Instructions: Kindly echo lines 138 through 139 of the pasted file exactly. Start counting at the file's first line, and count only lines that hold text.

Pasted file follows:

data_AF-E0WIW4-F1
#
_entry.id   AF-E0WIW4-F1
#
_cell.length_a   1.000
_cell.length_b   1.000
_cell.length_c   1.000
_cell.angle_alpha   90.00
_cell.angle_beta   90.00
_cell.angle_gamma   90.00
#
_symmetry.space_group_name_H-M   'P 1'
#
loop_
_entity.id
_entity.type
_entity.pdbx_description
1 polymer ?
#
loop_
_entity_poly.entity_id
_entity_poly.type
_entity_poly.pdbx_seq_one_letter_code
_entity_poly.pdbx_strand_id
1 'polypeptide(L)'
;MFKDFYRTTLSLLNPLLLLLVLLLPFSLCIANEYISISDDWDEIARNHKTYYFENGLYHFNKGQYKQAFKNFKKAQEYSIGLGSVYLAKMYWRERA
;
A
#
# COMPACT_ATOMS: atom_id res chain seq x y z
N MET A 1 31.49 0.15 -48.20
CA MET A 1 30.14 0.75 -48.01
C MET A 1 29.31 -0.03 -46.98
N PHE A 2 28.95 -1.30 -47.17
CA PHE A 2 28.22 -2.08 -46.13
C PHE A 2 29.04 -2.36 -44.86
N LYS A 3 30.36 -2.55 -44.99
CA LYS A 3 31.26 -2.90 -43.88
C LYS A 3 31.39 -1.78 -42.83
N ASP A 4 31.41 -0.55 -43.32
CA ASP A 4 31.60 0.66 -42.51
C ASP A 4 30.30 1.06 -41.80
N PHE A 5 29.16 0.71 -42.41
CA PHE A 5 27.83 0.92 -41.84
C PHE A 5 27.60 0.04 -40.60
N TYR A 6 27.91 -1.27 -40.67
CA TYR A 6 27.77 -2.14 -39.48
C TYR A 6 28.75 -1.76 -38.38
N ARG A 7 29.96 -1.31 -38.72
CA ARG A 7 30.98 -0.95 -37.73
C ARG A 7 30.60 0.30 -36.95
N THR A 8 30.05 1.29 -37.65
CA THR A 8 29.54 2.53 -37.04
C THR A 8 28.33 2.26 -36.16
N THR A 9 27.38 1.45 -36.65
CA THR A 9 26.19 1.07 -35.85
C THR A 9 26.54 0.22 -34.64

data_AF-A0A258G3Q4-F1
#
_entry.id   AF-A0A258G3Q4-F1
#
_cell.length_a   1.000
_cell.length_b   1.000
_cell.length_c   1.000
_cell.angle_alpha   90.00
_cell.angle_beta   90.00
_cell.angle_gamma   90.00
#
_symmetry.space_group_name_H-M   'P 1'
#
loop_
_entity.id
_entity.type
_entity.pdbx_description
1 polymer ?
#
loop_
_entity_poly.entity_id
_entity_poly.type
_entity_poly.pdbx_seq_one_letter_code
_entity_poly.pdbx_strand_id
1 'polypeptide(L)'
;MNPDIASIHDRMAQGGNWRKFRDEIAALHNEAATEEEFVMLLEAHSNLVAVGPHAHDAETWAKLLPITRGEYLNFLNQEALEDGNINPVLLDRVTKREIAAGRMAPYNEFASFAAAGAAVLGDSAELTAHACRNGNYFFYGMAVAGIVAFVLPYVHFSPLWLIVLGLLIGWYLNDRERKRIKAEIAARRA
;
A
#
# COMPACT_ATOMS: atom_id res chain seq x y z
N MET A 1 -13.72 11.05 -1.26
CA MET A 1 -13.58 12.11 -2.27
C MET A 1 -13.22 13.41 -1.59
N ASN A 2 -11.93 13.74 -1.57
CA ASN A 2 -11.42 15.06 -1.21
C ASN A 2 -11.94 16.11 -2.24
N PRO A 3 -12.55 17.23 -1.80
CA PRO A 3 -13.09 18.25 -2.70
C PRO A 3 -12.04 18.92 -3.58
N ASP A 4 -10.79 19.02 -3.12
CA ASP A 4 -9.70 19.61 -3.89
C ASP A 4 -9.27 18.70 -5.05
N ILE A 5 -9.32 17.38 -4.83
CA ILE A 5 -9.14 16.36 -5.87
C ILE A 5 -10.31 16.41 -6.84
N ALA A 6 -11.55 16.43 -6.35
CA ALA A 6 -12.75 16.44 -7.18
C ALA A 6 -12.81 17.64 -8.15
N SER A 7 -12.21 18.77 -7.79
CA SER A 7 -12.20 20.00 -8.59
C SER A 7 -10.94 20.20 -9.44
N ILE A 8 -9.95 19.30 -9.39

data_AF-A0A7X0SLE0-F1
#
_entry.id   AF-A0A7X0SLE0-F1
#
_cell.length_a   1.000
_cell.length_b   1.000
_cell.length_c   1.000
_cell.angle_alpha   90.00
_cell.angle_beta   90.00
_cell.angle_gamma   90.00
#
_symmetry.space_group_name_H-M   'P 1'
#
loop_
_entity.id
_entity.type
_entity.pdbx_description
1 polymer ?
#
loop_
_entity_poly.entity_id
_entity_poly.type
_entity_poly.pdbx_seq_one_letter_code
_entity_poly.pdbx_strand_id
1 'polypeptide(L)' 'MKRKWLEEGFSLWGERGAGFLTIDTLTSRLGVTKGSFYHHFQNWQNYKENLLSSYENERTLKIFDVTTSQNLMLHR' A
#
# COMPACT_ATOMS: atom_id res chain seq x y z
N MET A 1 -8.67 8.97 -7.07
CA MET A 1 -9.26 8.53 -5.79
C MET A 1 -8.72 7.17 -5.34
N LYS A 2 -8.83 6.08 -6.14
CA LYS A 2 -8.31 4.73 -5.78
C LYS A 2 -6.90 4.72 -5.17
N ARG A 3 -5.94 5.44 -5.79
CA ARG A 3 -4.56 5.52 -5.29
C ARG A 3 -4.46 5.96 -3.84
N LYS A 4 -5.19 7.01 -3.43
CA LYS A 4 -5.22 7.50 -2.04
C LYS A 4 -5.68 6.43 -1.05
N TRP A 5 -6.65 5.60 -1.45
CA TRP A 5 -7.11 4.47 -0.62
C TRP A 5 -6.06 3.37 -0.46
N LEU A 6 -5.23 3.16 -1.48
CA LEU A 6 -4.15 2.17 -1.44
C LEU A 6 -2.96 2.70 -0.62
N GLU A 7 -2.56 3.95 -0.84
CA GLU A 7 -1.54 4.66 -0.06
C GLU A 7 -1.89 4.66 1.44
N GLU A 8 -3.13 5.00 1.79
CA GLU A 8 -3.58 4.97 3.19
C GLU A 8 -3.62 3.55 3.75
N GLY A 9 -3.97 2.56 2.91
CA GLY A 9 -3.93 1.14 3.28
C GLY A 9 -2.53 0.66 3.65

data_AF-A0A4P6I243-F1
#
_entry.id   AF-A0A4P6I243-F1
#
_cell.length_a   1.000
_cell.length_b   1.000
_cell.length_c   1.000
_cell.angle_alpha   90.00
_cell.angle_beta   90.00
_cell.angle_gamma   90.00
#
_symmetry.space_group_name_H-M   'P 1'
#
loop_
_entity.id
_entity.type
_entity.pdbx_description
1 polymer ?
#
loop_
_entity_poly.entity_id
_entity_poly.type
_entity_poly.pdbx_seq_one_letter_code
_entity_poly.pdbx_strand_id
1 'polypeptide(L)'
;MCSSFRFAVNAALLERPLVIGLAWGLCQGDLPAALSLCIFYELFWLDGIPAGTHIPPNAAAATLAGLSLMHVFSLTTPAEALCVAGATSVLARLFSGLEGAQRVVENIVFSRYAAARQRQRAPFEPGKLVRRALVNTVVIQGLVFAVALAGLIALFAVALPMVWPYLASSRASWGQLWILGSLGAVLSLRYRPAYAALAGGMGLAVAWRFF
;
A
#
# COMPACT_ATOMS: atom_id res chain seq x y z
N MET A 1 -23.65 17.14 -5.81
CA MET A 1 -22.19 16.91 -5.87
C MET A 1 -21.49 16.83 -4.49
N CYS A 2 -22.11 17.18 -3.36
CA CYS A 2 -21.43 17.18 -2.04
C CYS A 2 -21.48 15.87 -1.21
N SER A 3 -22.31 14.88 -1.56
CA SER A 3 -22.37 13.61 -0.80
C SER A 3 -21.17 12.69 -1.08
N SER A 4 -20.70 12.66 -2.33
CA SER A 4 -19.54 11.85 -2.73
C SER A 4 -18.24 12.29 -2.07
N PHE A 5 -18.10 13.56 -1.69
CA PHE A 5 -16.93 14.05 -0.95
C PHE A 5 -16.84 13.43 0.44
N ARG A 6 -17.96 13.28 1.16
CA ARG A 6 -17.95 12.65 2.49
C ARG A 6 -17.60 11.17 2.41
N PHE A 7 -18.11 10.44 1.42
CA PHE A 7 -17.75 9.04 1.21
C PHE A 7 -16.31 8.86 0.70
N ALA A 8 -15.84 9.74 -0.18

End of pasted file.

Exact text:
CA MET A 1 -9.26 8.53 -5.79
C MET A 1 -8.72 7.17 -5.34